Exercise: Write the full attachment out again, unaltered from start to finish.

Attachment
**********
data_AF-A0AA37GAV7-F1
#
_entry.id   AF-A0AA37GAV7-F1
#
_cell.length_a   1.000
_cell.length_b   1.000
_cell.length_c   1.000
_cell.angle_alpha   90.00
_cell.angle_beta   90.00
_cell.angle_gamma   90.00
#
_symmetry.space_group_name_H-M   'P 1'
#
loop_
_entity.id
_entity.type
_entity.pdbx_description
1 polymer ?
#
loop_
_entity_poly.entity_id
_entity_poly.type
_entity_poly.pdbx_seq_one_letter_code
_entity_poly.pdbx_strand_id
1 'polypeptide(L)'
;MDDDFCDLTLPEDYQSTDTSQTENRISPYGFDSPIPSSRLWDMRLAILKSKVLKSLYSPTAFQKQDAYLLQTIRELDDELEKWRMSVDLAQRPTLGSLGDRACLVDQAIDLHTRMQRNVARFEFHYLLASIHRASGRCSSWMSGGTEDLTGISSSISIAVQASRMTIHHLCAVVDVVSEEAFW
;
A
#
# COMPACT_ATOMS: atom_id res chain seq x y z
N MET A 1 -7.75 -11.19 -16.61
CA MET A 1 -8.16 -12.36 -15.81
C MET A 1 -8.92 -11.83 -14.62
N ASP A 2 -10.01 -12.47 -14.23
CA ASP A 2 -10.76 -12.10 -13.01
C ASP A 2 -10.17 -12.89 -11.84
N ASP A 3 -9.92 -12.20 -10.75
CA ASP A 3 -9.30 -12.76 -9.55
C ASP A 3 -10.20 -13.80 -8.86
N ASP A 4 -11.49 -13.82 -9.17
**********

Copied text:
data_AF-A0AA37GAV7-F1
#
_entry.id   AF-A0AA37GAV7-F1
#
_cell.length_a   1.000
_cell.length_b   1.000
_cell.length_c   1.000
_cell.angle_alpha   90.00
_cell.angle_beta   90.00
_cell.angle_gamma   90.00
#
_symmetry.space_group_name_H-M   'P 1'
#
loop_
_entity.id
_entity.type
_entity.pdbx_description
1 polymer ?
#
loop_
_entity_poly.entity_id
_entity_poly.type
_entity_poly.pdbx_seq_one_letter_code
_entity_poly.pdbx_strand_id
1 'polypeptide(L)'
;MDDDFCDLTLPEDYQSTDTSQTENRISPYGFDSPIPSSRLWDMRLAILKSKVLKSLYSPTAFQKQDAYLLQTIRELDDELEKWRMSVDLAQRPTLGSLGDRACLVDQAIDLHTRMQRNVARFEFHYLLASIHRASGRCSSWMSGGTEDLTGISSSISIAVQASRMTIHHLCAVVDVVSEEAFW
;
A
#
# COMPACT_ATOMS: atom_id res chain seq x y z
N MET A 1 -7.75 -11.19 -16.61
CA MET A 1 -8.16 -12.36 -15.81
C MET A 1 -8.92 -11.83 -14.62
N ASP A 2 -10.01 -12.47 -14.23
CA ASP A 2 -10.76 -12.10 -13.01
C ASP A 2 -10.17 -12.89 -11.84
N ASP A 3 -9.92 -12.20 -10.75
CA ASP A 3 -9.30 -12.76 -9.55
C ASP A 3 -10.20 -13.80 -8.86
N ASP A 4 -11.49 -13.82 -9.17